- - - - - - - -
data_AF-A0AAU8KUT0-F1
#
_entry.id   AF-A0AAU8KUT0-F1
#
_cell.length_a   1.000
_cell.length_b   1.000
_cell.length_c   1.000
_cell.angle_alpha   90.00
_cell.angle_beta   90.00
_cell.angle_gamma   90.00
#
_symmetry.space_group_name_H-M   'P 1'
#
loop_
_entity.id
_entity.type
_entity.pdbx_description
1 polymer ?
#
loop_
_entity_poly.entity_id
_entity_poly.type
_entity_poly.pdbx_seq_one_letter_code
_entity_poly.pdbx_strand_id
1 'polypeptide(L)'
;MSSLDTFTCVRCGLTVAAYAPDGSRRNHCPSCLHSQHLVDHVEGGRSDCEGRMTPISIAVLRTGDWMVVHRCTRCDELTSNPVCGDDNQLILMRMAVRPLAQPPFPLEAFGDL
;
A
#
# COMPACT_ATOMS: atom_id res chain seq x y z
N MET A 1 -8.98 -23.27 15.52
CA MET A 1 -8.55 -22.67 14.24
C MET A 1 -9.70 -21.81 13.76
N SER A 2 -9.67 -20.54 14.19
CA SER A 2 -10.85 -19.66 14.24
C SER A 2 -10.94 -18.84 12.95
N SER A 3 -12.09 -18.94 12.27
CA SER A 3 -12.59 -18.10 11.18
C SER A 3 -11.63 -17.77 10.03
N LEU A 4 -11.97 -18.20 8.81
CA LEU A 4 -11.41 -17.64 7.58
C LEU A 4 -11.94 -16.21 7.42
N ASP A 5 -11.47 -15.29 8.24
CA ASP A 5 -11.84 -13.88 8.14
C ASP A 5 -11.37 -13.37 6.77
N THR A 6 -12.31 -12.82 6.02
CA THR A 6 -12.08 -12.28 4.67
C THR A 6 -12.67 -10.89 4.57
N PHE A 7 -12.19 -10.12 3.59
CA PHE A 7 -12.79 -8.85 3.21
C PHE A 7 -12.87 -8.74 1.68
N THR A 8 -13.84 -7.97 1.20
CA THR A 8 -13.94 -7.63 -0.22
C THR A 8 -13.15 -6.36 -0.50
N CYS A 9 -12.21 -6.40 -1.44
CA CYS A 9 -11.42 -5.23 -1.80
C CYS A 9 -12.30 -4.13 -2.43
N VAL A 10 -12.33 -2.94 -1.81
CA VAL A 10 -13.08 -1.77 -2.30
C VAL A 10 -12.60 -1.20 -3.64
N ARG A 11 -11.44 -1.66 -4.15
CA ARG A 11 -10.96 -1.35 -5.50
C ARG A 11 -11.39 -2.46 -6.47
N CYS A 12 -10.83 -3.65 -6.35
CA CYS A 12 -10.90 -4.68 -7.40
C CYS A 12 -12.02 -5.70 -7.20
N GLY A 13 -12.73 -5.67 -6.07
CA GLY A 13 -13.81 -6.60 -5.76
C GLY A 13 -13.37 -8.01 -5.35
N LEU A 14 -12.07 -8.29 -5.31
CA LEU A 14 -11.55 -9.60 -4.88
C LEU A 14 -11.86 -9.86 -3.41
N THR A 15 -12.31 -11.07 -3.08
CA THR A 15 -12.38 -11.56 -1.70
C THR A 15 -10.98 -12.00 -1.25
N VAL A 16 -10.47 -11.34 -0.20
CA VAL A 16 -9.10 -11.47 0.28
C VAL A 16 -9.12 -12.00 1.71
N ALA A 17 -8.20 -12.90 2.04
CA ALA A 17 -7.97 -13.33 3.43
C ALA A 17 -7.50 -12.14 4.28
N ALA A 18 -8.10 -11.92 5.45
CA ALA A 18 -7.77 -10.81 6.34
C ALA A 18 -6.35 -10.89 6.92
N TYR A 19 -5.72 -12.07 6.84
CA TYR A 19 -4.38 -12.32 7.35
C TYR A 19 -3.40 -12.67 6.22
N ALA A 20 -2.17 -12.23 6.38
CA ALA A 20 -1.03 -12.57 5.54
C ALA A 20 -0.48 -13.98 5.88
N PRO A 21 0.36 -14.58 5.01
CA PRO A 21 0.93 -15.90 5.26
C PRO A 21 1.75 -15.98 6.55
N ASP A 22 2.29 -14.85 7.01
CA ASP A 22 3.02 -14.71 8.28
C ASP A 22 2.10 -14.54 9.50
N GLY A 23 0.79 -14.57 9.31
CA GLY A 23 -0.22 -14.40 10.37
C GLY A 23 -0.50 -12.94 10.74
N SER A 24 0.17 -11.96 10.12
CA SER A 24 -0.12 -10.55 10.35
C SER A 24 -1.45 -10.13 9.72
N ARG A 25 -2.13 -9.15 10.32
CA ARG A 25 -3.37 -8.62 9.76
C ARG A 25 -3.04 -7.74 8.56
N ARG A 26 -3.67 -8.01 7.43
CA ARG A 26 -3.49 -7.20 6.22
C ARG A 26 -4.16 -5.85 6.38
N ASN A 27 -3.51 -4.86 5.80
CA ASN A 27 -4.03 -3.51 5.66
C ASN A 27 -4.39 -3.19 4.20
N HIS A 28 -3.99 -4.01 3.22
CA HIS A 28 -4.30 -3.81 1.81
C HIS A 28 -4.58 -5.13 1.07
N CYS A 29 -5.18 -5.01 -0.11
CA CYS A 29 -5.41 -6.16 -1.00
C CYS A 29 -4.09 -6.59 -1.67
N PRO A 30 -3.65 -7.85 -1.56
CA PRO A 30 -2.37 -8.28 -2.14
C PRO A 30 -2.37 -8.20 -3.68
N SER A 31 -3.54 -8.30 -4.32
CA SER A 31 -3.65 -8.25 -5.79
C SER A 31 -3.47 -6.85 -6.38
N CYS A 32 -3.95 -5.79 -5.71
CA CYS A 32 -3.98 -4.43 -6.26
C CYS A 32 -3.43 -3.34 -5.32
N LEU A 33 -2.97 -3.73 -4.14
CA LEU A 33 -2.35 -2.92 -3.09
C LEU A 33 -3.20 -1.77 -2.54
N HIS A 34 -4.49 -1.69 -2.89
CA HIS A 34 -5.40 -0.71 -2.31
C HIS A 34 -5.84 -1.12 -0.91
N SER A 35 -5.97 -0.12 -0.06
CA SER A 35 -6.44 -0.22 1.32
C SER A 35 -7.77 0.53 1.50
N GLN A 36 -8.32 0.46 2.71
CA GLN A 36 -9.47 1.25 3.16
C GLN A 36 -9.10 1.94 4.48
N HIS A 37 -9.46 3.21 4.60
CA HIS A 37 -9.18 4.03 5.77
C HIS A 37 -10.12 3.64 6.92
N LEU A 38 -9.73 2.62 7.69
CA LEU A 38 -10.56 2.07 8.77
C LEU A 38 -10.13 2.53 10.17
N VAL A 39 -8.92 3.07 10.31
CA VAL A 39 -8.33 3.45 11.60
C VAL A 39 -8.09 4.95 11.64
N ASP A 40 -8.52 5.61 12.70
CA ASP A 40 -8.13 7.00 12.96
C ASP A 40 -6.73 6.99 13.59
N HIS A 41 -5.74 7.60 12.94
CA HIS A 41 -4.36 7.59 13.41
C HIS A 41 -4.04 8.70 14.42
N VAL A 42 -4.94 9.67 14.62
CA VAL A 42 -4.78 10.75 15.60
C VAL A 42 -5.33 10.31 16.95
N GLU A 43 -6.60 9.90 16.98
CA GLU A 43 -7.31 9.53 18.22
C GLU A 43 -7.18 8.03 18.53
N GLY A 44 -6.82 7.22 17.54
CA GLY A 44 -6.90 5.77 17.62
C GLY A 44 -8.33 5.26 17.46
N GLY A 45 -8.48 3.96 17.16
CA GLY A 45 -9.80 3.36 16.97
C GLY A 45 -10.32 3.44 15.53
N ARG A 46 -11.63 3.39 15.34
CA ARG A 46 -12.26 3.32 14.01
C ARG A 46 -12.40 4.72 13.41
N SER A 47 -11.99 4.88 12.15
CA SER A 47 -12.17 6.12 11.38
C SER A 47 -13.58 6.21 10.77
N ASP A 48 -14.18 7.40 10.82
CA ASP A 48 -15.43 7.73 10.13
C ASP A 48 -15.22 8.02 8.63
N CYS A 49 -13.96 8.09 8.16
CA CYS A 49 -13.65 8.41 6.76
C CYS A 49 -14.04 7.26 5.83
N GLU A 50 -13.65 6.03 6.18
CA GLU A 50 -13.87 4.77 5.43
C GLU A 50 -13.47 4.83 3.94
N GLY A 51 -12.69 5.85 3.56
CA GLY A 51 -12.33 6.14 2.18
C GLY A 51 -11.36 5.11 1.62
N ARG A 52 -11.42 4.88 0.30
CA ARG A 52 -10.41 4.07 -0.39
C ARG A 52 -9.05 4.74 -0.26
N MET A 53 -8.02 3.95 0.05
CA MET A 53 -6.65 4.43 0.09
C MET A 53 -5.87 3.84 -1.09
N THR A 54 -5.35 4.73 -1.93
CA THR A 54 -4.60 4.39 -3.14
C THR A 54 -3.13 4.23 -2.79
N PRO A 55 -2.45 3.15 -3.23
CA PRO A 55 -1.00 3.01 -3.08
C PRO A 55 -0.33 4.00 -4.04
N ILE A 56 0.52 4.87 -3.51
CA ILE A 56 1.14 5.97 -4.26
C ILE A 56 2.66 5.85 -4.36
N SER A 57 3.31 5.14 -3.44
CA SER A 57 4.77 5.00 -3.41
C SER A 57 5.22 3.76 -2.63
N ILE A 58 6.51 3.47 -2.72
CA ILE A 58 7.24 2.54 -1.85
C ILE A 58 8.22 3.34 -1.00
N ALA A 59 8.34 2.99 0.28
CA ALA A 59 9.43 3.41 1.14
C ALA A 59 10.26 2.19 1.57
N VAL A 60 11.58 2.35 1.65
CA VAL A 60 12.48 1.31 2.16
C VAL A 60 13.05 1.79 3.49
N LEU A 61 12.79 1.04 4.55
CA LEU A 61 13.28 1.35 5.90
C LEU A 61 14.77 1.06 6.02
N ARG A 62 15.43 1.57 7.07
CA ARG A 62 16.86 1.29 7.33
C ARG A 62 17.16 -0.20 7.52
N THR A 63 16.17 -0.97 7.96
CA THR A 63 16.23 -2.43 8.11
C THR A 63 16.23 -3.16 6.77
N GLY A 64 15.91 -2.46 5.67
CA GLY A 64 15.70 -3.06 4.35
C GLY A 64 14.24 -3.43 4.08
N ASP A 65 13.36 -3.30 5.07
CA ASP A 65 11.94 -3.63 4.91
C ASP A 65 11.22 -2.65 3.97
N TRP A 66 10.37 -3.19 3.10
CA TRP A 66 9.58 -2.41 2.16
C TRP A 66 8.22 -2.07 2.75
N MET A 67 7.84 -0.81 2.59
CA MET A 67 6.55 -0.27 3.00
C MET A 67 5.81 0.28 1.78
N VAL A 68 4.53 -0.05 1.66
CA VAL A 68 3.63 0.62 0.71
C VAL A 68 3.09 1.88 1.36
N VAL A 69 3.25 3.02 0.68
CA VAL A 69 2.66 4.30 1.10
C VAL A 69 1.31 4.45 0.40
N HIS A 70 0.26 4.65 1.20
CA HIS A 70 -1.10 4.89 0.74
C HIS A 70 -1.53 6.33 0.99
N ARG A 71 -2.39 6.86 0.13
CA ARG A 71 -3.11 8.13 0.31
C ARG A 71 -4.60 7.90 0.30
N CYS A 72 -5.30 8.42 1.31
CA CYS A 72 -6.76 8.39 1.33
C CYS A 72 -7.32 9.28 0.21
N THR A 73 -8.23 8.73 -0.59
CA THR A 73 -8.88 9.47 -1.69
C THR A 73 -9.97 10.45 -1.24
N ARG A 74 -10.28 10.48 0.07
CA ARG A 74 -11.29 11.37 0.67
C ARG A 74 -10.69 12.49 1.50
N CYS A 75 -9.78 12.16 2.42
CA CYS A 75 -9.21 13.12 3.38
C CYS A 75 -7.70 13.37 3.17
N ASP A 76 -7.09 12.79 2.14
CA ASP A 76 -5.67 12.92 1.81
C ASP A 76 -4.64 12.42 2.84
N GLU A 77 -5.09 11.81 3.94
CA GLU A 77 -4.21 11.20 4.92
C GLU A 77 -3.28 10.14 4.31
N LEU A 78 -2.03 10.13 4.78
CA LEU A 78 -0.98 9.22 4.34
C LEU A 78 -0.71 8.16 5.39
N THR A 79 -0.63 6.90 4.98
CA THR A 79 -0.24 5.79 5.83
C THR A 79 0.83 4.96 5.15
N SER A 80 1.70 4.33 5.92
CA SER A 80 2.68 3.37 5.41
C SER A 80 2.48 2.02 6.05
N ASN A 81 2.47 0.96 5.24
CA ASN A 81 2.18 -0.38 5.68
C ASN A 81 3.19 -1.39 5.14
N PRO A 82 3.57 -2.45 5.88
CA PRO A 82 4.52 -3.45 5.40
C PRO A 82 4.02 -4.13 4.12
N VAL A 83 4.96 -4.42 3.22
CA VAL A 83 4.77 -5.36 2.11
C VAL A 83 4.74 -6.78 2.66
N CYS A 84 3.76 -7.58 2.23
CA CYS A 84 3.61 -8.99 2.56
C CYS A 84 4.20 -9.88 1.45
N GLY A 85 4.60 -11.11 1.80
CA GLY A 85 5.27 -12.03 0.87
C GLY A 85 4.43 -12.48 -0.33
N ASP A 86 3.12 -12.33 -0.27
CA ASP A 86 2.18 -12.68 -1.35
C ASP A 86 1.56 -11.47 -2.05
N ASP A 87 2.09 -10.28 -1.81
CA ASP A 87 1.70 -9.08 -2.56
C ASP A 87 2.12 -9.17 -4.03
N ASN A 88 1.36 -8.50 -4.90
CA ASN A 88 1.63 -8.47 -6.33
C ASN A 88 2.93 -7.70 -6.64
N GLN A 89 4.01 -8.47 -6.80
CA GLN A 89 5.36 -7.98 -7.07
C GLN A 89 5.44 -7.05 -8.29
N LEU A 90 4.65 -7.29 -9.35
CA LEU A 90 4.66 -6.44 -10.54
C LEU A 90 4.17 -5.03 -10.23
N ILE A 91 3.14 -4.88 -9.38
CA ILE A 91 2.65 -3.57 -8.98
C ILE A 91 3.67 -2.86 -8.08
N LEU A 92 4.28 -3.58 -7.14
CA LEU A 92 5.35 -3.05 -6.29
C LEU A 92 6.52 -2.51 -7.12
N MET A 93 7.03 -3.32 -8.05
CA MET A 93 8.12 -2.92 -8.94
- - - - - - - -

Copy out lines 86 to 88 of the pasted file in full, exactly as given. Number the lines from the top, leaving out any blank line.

CA TYR A 19 -4.38 -12.32 7.35
C TYR A 19 -3.40 -12.67 6.22
N ALA A 20 -2.17 -12.23 6.38